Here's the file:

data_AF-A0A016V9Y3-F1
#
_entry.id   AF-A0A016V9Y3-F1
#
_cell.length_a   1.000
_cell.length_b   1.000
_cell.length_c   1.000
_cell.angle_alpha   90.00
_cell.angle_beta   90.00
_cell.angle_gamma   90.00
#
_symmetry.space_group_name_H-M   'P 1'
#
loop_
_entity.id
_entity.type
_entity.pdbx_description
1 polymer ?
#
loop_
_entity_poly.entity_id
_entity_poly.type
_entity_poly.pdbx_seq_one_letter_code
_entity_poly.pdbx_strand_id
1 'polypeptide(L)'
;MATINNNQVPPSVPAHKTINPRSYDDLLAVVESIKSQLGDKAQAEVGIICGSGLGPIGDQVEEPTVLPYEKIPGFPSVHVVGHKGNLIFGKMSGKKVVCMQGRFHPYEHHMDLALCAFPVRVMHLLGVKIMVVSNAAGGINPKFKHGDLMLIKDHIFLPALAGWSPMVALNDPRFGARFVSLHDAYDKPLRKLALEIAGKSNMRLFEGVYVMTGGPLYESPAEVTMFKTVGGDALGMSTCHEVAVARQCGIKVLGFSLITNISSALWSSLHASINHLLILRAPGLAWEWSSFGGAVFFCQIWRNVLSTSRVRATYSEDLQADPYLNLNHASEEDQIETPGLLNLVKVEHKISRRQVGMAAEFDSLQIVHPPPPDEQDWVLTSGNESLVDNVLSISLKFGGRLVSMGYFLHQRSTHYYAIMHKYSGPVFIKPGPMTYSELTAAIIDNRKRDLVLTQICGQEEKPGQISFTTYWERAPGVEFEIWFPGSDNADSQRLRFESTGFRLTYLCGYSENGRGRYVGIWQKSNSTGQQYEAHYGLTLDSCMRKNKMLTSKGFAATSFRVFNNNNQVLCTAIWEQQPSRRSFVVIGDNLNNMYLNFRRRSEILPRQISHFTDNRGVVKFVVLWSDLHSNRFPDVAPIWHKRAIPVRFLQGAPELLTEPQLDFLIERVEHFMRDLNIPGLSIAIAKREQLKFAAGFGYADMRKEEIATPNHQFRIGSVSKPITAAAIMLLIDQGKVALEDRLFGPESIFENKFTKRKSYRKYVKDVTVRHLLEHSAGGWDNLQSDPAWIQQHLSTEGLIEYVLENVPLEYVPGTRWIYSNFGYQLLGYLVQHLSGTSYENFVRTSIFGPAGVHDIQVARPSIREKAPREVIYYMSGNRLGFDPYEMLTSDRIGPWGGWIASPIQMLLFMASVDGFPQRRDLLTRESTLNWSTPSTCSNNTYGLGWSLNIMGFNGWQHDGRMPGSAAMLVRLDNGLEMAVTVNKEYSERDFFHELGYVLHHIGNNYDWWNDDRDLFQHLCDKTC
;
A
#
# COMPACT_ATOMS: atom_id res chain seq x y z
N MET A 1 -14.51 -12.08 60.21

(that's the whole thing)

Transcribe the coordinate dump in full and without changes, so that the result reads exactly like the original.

data_AF-A0A016V9Y3-F1
#
_entry.id   AF-A0A016V9Y3-F1
#
_cell.length_a   1.000
_cell.length_b   1.000
_cell.length_c   1.000
_cell.angle_alpha   90.00
_cell.angle_beta   90.00
_cell.angle_gamma   90.00
#
_symmetry.space_group_name_H-M   'P 1'
#
loop_
_entity.id
_entity.type
_entity.pdbx_description
1 polymer ?
#
loop_
_entity_poly.entity_id
_entity_poly.type
_entity_poly.pdbx_seq_one_letter_code
_entity_poly.pdbx_strand_id
1 'polypeptide(L)'
;MATINNNQVPPSVPAHKTINPRSYDDLLAVVESIKSQLGDKAQAEVGIICGSGLGPIGDQVEEPTVLPYEKIPGFPSVHVVGHKGNLIFGKMSGKKVVCMQGRFHPYEHHMDLALCAFPVRVMHLLGVKIMVVSNAAGGINPKFKHGDLMLIKDHIFLPALAGWSPMVALNDPRFGARFVSLHDAYDKPLRKLALEIAGKSNMRLFEGVYVMTGGPLYESPAEVTMFKTVGGDALGMSTCHEVAVARQCGIKVLGFSLITNISSALWSSLHASINHLLILRAPGLAWEWSSFGGAVFFCQIWRNVLSTSRVRATYSEDLQADPYLNLNHASEEDQIETPGLLNLVKVEHKISRRQVGMAAEFDSLQIVHPPPPDEQDWVLTSGNESLVDNVLSISLKFGGRLVSMGYFLHQRSTHYYAIMHKYSGPVFIKPGPMTYSELTAAIIDNRKRDLVLTQICGQEEKPGQISFTTYWERAPGVEFEIWFPGSDNADSQRLRFESTGFRLTYLCGYSENGRGRYVGIWQKSNSTGQQYEAHYGLTLDSCMRKNKMLTSKGFAATSFRVFNNNNQVLCTAIWEQQPSRRSFVVIGDNLNNMYLNFRRRSEILPRQISHFTDNRGVVKFVVLWSDLHSNRFPDVAPIWHKRAIPVRFLQGAPELLTEPQLDFLIERVEHFMRDLNIPGLSIAIAKREQLKFAAGFGYADMRKEEIATPNHQFRIGSVSKPITAAAIMLLIDQGKVALEDRLFGPESIFENKFTKRKSYRKYVKDVTVRHLLEHSAGGWDNLQSDPAWIQQHLSTEGLIEYVLENVPLEYVPGTRWIYSNFGYQLLGYLVQHLSGTSYENFVRTSIFGPAGVHDIQVARPSIREKAPREVIYYMSGNRLGFDPYEMLTSDRIGPWGGWIASPIQMLLFMASVDGFPQRRDLLTRESTLNWSTPSTCSNNTYGLGWSLNIMGFNGWQHDGRMPGSAAMLVRLDNGLEMAVTVNKEYSERDFFHELGYVLHHIGNNYDWWNDDRDLFQHLCDKTC
;
A
#
# COMPACT_ATOMS: atom_id res chain seq x y z
N MET A 1 -14.51 -12.08 60.21